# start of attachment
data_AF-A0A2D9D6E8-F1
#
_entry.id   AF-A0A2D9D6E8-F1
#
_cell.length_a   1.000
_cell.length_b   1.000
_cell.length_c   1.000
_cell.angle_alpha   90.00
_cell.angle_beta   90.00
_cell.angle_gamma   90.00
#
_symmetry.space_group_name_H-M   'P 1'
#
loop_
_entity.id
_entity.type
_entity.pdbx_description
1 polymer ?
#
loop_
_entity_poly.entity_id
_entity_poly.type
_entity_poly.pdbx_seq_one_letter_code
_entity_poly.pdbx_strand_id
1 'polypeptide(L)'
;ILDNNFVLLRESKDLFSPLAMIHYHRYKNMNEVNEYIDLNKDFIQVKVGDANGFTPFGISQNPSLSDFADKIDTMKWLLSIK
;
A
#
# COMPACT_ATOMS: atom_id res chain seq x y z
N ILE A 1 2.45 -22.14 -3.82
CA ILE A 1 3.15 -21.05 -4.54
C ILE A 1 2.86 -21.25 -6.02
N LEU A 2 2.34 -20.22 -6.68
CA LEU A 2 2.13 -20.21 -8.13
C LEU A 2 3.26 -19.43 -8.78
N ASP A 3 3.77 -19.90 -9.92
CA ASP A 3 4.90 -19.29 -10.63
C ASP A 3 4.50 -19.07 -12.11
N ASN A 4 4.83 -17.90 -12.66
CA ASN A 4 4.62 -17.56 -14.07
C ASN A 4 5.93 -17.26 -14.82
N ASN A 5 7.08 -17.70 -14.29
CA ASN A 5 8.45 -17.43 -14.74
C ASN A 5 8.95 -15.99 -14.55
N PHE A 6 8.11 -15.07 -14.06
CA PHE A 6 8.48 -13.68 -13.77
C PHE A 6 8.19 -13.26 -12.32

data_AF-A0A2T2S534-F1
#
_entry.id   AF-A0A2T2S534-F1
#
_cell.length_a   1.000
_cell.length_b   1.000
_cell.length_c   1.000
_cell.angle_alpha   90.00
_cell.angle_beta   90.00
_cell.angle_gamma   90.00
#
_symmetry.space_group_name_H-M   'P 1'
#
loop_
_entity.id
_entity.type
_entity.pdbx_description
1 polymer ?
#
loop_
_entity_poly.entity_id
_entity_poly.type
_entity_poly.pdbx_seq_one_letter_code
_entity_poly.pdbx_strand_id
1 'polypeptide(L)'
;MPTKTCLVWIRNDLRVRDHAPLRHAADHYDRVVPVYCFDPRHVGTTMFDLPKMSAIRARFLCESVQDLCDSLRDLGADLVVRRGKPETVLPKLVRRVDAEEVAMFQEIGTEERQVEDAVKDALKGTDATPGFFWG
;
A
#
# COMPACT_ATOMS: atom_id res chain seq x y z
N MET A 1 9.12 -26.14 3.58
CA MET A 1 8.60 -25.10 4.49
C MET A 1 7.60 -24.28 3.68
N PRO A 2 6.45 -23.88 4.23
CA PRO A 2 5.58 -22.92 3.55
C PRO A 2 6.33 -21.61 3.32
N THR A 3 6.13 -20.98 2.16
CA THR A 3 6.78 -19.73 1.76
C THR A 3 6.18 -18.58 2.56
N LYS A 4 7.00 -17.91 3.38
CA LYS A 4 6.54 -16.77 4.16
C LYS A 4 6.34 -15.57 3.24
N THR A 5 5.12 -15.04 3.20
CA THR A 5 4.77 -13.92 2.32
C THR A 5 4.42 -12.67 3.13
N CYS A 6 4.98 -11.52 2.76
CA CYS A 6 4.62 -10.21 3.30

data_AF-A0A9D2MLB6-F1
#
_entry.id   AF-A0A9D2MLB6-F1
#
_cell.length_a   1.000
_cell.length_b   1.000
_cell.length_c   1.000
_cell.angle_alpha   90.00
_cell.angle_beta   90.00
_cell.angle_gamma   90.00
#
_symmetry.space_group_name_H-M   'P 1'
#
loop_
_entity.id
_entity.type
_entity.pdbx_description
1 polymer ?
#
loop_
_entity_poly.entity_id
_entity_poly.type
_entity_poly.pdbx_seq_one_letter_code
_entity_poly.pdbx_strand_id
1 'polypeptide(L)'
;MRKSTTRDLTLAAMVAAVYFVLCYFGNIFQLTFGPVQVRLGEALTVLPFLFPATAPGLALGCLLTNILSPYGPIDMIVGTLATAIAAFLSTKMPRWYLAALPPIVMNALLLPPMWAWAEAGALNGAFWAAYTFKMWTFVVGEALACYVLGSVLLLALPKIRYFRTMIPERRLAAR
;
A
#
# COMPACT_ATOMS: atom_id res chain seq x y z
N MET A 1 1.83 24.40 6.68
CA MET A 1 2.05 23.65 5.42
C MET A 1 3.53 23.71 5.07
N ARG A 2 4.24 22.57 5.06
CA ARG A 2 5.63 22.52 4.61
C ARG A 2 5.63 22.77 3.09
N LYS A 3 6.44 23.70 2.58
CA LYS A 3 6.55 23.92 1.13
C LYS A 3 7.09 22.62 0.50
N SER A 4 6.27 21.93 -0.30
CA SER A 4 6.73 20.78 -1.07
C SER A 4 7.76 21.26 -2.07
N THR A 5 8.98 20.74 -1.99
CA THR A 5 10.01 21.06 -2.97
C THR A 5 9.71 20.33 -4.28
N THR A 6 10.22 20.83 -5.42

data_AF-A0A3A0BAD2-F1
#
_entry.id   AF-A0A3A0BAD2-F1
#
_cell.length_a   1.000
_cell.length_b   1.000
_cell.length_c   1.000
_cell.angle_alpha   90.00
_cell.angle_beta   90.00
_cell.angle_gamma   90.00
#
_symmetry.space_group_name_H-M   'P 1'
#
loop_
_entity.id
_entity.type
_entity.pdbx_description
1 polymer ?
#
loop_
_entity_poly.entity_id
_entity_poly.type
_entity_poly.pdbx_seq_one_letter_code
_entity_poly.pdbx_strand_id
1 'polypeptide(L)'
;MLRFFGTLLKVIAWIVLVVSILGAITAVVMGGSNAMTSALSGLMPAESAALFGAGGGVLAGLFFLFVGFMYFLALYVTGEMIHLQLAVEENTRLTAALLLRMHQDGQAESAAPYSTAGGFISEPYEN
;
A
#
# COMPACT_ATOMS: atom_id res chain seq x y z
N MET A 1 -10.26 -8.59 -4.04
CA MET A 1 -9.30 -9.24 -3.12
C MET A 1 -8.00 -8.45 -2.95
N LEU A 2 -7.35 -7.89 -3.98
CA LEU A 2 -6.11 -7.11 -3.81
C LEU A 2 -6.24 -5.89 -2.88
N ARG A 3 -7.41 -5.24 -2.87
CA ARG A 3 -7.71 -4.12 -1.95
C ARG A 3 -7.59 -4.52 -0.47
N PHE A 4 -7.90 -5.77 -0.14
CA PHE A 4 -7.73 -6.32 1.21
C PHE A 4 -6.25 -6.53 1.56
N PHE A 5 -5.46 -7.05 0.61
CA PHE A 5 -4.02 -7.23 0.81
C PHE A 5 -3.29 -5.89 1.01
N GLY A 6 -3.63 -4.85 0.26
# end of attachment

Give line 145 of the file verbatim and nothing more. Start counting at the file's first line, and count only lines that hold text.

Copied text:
#